Back to Main List
Back to Book List

Notes and Reflections on Books and Media

by Hannah Leitheiser


history of programming languages-ii

thomas j. bergin




'how do we know what is going to be an "historically significant" project? every project is significant, and deserves to be documented from the beginning in that way. only time will tell whether it has historic significance and even then it will depend on point of view--work group, company, discipline, and so on. in any case, i believe that this is an irrelevant question. i will argue that maintaining documentation, as though the project will be historic, makes good sense from general principles of computer science; it certainly does from the point of view of software engineering. behind every project should be a database of information about that project. in other words, document every project well for the sake of the project itself. then, if the documentation is also needed for historical purposes, it will be available.' - history of programming languages ii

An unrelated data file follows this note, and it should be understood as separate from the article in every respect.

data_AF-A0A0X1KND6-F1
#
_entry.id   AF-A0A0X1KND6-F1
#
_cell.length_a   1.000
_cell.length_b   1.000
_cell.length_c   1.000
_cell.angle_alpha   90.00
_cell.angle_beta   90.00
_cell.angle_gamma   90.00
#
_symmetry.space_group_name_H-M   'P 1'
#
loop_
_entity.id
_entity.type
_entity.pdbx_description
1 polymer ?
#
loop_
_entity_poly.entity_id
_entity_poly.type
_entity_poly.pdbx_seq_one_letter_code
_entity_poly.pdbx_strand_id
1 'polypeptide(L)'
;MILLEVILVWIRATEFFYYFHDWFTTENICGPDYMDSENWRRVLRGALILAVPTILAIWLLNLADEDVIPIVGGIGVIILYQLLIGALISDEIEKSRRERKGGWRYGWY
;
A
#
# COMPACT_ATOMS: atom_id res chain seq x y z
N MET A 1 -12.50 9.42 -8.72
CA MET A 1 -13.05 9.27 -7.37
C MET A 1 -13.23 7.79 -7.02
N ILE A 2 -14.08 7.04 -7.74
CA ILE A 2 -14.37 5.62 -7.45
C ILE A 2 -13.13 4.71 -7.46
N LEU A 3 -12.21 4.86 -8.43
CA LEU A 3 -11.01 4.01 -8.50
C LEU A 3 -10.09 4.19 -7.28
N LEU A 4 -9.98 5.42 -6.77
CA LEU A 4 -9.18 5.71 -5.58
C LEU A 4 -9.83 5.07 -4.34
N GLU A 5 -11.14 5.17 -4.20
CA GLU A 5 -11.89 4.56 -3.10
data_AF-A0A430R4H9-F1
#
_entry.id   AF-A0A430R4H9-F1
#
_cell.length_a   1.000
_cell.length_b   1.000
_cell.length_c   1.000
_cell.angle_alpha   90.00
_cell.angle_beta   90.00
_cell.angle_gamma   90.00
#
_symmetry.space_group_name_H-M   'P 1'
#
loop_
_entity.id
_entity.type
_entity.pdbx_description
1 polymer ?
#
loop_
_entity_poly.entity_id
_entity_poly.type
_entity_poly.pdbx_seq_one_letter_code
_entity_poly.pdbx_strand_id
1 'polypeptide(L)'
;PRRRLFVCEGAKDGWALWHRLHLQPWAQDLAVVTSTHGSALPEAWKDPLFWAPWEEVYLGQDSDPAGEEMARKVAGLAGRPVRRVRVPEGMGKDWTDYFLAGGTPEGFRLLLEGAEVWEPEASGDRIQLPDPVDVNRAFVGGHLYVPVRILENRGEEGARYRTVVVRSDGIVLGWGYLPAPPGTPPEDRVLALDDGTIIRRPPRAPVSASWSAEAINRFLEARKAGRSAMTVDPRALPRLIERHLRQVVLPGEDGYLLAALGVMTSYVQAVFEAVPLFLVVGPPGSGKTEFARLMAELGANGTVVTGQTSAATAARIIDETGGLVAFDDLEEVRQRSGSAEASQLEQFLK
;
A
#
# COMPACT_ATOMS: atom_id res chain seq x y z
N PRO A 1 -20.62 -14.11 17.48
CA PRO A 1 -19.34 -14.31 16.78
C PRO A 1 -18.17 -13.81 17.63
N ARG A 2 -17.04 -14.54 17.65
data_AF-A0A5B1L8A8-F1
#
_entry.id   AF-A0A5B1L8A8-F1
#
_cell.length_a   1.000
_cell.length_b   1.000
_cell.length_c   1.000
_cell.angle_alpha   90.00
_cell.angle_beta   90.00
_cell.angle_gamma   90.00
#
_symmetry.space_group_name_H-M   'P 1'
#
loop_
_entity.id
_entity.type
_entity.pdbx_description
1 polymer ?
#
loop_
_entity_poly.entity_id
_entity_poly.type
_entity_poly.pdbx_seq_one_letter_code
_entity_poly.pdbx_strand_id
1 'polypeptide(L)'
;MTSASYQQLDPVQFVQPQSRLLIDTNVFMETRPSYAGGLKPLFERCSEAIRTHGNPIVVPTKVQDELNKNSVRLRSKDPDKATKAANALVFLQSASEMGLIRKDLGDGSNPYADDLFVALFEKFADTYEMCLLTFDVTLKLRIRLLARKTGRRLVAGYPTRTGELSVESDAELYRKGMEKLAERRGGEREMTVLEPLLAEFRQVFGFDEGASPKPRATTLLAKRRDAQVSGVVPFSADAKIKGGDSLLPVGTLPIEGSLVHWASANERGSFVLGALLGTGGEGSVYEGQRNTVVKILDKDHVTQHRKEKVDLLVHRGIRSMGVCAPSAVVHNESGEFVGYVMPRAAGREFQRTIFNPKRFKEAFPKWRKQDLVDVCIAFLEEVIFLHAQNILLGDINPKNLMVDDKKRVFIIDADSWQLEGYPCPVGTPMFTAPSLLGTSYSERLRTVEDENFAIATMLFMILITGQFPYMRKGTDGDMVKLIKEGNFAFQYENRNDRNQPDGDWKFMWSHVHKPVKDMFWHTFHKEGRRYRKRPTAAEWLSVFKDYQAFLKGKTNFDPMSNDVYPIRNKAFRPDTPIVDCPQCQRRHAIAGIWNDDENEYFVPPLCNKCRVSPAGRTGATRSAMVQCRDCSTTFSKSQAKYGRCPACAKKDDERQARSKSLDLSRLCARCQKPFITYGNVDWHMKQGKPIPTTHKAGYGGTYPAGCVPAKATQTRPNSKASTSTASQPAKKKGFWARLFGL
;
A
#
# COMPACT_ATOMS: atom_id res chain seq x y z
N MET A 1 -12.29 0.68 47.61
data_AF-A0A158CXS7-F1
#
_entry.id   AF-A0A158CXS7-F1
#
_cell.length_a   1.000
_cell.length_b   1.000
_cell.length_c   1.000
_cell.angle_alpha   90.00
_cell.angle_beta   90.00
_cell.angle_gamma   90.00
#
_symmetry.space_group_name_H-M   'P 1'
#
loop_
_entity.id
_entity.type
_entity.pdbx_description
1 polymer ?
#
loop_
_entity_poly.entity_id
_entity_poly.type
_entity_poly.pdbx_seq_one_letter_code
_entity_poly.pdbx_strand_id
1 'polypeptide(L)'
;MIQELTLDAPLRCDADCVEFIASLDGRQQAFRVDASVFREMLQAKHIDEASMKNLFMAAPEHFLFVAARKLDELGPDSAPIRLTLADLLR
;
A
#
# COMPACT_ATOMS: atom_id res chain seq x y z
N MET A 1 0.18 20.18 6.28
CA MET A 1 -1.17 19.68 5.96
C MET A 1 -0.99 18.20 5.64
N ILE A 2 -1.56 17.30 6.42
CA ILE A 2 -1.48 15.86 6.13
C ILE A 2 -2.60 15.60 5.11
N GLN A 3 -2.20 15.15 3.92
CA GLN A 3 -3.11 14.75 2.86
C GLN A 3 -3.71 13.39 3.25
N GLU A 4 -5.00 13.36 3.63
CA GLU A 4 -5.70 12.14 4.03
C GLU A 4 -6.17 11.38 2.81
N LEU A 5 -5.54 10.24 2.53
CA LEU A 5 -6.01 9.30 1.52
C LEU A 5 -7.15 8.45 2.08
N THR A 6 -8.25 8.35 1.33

i imagine the computer revolution will be one of the best documented eras for historians, but it will always be true that key pieces of information, details, and context slip away with the passage of time. the author observes that few involved in technology have the interest or resources to document their work for the future or save technical artifacts for museums (imagine the money involved in keeping a mainframe around, for example).